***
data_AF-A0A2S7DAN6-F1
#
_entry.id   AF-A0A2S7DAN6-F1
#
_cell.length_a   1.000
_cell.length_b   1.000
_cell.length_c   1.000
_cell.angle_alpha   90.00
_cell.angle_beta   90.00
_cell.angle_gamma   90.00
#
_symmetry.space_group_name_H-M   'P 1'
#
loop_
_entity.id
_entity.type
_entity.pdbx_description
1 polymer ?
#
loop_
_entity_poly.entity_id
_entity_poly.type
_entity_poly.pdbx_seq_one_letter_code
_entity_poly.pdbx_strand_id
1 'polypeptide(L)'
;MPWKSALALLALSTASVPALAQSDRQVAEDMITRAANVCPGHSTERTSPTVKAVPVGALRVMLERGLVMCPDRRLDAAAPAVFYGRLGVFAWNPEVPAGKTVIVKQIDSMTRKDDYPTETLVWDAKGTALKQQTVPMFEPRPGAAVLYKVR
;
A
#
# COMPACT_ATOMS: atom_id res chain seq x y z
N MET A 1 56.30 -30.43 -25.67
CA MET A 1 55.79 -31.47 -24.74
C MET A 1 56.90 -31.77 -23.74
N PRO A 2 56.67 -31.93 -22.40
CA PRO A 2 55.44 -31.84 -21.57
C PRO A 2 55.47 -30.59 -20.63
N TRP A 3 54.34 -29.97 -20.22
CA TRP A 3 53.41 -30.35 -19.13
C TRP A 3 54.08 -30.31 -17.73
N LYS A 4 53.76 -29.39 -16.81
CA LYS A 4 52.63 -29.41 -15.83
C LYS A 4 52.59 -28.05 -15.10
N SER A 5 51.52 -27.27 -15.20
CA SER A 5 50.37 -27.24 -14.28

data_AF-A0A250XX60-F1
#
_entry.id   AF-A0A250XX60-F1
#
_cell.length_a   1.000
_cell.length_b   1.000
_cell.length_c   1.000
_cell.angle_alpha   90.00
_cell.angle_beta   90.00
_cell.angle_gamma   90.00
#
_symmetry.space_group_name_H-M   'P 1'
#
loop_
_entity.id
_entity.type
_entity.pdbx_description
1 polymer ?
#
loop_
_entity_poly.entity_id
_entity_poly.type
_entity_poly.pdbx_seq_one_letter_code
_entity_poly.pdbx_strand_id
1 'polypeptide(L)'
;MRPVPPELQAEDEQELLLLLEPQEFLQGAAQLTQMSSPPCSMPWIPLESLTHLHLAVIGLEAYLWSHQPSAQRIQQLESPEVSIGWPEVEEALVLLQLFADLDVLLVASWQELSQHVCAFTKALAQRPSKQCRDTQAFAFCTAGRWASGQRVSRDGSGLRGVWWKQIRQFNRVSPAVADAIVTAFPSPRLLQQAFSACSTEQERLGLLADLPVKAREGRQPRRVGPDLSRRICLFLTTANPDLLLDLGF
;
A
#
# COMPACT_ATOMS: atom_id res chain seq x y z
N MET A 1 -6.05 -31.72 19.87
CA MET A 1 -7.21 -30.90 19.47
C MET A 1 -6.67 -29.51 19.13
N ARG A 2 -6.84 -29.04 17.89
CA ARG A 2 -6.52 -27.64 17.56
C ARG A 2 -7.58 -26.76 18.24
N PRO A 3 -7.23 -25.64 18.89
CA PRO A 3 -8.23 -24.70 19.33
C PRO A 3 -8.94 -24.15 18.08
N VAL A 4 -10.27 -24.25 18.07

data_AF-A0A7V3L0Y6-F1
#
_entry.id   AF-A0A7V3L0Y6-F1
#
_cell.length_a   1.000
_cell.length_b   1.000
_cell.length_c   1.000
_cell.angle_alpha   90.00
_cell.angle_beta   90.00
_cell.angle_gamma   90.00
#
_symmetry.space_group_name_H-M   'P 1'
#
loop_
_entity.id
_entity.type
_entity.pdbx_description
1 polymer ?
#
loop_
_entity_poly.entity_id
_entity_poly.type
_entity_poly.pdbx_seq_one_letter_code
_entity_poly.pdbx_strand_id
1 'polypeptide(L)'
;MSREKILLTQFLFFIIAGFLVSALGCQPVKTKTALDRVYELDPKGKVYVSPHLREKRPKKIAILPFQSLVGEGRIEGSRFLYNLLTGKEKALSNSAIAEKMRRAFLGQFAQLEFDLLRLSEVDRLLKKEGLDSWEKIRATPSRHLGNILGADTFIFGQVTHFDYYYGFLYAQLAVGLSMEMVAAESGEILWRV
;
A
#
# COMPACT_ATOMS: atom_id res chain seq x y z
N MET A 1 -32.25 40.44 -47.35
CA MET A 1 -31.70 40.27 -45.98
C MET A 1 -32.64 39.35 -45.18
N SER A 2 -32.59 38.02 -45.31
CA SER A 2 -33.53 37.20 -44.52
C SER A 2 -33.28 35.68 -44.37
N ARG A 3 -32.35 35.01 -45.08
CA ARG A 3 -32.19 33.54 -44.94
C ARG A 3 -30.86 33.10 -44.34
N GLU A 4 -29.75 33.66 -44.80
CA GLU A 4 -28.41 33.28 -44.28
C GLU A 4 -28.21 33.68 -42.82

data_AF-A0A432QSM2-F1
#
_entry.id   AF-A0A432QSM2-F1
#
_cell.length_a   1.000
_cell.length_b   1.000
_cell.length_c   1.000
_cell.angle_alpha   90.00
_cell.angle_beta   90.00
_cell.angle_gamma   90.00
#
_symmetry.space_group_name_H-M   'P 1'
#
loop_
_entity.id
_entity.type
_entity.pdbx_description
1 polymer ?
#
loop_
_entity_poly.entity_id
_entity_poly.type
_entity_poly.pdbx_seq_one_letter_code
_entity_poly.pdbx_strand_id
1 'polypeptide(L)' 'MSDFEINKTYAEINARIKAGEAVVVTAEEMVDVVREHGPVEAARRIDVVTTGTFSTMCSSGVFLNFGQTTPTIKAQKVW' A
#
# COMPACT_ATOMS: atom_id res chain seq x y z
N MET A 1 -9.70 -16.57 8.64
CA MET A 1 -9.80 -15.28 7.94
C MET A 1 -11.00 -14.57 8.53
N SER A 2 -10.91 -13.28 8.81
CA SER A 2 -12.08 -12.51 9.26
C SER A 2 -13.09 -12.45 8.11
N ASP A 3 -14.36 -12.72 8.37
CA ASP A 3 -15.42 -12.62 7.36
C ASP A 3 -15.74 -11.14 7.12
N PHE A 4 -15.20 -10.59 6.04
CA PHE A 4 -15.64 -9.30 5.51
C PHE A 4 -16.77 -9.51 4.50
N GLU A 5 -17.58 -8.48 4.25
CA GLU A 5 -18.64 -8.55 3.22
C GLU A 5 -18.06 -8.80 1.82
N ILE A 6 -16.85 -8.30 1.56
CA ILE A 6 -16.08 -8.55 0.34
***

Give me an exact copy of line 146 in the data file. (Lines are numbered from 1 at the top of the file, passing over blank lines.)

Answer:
loop_